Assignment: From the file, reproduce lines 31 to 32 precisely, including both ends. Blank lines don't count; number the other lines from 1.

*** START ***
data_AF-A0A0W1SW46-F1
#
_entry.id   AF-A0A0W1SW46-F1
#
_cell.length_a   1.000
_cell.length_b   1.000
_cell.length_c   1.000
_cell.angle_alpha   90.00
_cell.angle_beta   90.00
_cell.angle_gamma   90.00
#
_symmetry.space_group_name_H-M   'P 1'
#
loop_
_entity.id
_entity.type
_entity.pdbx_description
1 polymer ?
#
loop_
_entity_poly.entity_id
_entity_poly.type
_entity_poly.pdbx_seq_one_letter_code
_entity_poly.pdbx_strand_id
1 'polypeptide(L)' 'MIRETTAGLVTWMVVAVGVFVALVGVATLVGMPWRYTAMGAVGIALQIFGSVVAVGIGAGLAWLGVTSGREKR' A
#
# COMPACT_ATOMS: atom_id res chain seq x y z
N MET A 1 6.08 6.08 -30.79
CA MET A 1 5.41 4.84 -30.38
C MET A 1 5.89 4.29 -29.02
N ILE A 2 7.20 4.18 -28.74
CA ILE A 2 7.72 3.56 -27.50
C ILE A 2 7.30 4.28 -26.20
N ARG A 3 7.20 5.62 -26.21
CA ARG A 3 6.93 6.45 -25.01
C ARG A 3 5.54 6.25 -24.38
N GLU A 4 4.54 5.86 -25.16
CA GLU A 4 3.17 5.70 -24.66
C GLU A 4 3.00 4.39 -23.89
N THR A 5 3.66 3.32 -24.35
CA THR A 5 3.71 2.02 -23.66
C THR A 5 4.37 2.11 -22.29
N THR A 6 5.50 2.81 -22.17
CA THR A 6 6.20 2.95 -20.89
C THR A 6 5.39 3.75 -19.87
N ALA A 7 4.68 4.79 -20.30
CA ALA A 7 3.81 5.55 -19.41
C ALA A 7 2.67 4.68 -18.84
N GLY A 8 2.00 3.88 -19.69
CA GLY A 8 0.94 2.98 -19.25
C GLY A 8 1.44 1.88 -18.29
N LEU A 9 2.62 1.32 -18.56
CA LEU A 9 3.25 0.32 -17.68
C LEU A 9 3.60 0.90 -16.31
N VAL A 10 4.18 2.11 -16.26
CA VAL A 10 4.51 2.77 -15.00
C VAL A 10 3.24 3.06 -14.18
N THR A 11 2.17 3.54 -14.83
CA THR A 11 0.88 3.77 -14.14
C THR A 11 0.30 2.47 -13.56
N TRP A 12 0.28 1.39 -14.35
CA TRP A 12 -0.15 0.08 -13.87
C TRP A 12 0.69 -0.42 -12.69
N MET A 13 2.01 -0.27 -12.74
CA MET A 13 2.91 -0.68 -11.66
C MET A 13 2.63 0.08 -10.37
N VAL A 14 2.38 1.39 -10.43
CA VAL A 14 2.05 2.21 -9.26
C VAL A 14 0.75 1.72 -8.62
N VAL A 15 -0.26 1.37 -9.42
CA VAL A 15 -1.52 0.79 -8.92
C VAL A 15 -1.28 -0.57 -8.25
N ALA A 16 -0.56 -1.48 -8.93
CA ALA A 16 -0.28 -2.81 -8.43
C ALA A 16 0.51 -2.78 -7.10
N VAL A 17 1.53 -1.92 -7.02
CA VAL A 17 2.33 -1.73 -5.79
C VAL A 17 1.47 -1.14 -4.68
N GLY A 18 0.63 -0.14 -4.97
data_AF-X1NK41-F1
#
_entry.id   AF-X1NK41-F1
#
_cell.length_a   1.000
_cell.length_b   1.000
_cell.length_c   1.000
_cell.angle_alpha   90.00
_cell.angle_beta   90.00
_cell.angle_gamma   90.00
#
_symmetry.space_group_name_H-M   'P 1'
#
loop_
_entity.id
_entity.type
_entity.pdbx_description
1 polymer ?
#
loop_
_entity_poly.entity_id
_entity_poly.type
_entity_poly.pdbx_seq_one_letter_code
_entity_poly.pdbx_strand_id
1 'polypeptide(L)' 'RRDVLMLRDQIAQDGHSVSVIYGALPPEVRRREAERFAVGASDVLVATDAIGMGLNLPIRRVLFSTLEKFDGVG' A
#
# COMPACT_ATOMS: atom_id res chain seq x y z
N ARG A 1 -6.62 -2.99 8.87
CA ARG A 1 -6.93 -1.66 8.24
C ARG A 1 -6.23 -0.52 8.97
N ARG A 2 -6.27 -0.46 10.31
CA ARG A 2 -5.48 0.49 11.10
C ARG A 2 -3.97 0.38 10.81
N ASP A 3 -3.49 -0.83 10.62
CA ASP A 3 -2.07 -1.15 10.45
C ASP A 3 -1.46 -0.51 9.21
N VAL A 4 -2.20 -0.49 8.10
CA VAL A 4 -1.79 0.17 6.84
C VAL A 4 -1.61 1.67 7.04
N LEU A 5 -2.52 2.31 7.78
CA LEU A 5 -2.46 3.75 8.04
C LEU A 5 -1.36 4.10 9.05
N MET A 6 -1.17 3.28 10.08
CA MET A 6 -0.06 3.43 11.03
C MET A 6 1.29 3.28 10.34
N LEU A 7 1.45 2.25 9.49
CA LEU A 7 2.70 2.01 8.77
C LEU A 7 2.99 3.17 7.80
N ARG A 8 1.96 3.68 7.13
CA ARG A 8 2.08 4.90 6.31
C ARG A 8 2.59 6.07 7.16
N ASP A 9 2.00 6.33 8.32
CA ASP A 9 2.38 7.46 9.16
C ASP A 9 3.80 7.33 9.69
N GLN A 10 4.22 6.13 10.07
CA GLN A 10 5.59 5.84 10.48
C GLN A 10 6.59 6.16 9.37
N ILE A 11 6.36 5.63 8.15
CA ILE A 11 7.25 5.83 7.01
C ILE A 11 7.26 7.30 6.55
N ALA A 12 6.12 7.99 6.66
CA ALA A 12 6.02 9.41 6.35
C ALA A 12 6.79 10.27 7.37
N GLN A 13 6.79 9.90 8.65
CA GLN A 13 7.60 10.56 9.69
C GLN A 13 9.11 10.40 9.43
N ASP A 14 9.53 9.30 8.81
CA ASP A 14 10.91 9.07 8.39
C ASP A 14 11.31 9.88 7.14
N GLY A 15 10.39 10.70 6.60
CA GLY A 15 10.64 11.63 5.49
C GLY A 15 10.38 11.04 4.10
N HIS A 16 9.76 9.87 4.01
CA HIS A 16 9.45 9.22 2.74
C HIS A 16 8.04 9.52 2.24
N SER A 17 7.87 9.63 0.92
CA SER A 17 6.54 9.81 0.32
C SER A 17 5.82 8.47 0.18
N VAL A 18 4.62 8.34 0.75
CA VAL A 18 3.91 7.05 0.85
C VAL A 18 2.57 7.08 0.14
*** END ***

N ILE A 2 7.20 4.18 -28.74
CA ILE A 2 7.72 3.56 -27.50